Neighbourhood Skateboard Magazine Issue 1, Spring 2017 Editor/Photographer Nathan Stripp Copy Editor Ashley Greene Logo Design Kalyn Murray Contributing Photograper Cole Jewitt
100 copies printed Contact firstname.lastname@example.org All rights reserved @NEIGHBOURHOODSKATEMAG
CO NT EN TS
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Introduction On the Cover Neighbourhood Watch Point of View: Kevin Perez Tribute: Ontario Place Interview: Cody Beaudry FOCUS
Cover: Joey Boyce risks life and limb on this Feeble transfer. Stripp photo Contents: Sando Angotti, Boneless from the top shelf. Stripp photo
There has been a big shift in the way skate content is viewed recently. I donâ€™t think this is a bad thing, although it may seem like a mixed blessing depending how you look at it. Media has become exclusively digital for the majority, and with the addition of 60 second video to Instagram you can see almost everything from one common platform. This is great and all but I feel like something is missing. Thatâ€™s the main motivation behind this magazine. Print will always be important to me and have a place in skateboarding because it balances out the fast paced digital world we live in and shows
a deeper view that is not available through a mobile device. When I flip through a printed magazine things slow down and I can give more of my attention to the details. The name Neighbourhood seemed fitting, there is so much great skateboarding happening locally that otherwise might get overlooked. This magazine will be an outlet for that. Neighbourhood is fully independent, which is something I feel we can always use more of in the skateboard community. I plan to have future issues, so if you like what we are about show your support and hopefully this will be a regular thing. -Nathan Stripp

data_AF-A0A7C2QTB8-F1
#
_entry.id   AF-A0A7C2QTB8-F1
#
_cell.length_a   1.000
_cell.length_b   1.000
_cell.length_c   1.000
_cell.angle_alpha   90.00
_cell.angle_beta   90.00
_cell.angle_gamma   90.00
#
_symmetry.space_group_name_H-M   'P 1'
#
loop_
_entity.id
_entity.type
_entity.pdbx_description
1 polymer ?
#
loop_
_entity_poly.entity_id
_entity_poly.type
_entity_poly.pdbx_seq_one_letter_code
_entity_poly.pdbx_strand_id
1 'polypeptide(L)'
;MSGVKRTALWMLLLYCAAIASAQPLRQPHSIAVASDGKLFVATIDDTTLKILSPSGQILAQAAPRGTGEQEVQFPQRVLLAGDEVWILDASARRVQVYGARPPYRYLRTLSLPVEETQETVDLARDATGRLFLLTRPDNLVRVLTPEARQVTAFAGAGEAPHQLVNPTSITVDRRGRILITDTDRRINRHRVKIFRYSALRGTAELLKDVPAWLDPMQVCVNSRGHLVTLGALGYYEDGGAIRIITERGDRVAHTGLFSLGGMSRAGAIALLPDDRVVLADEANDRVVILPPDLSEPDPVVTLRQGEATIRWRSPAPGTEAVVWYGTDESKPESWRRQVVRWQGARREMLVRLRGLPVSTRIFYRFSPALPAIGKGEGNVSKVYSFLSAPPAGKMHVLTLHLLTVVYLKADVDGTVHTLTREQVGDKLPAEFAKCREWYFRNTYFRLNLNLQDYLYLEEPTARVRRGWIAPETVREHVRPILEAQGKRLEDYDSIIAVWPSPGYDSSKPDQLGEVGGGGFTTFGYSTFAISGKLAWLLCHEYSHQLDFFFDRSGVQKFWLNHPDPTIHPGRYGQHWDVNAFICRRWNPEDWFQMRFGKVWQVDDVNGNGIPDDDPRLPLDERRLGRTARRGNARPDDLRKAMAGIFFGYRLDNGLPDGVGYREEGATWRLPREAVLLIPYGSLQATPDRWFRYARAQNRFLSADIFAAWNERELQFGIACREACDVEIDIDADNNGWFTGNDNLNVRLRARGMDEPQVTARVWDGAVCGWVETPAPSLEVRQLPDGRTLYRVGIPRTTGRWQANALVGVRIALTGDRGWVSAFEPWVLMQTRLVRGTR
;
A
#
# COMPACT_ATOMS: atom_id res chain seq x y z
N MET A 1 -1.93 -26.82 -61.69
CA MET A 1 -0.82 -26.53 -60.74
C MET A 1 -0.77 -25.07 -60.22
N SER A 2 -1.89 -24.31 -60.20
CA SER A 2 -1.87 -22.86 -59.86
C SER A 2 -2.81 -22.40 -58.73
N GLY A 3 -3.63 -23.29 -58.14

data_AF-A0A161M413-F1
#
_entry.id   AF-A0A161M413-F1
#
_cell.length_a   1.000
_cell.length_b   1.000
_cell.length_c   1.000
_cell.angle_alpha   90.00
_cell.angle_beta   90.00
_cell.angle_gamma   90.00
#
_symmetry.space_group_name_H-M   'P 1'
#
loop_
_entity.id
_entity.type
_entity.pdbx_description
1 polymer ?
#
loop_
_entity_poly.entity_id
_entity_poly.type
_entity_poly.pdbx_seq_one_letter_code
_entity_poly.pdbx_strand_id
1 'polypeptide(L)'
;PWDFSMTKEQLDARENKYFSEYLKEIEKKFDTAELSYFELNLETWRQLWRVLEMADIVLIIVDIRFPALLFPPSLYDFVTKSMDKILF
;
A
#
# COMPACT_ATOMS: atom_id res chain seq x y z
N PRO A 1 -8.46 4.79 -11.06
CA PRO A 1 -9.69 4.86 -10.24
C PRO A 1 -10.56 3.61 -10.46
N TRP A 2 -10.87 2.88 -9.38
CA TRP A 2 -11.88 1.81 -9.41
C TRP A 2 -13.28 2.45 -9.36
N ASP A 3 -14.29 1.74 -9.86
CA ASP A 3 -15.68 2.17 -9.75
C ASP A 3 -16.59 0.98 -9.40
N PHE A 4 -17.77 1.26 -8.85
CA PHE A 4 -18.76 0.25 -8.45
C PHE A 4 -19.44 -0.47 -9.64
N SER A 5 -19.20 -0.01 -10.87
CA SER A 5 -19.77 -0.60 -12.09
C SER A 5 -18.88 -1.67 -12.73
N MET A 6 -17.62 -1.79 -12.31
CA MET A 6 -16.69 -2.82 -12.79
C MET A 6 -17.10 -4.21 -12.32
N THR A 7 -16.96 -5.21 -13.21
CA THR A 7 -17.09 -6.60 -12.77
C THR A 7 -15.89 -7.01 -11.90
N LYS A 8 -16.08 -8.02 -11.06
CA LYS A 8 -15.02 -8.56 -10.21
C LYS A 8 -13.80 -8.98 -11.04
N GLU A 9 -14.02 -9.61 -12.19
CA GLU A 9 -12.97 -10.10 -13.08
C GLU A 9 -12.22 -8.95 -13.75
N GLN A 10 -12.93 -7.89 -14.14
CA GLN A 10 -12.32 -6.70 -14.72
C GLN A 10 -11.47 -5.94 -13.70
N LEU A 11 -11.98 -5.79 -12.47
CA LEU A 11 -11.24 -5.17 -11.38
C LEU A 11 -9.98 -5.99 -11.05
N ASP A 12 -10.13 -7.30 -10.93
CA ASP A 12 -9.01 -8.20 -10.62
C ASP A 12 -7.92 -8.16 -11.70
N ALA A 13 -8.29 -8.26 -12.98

Carter Grandin getting vertical on some glass. Bank to wallride. Stripp Photo
On the Cover
â€œ Joey did the feeble transfer on two separate days. The first time was at dusk and you could hardly see the spot so he agreed to come back and reshoot it a second time during daylight. This thing has some serious consequences but Joey went in with full commitment every attempt and land on our first cover.â€? Nathan Stripp
Location: Mississauga, ON Age: 21 Years skating: Unknown Warm up spot: PC park (Port Credit) Worst Injury: Dislocated Thumb Skate Ritual: A good meal and a good joint before the session Conspiracy Theory: The earth is hollow with an entire living world inside Favorite Video Part: Bryan Herman, Baker 3 Dream Skate Destination: Barcelona Words of wisdom: Donâ€™t skate with a hangover
FS Bigspin to the street
Photos by Nathan Stripp
Location: Barrie, ON Age: 21 Years skating: 13 Sponsors: Tropical North Surf Shop, Gnarmy skateboards Warm up spot: Queens park in Barrie Worst Injury: Shattered elbow Favorite Video Part: Jamie Thomas, Dying to live Skate ritual: I always skate as fast as possible Dream Skate Destination: Hastings Bowl Words of wisdom: Appreciate everything and expect nothing
Ollie over and down
Photos by Cole Jewett
Taildrop thread the needle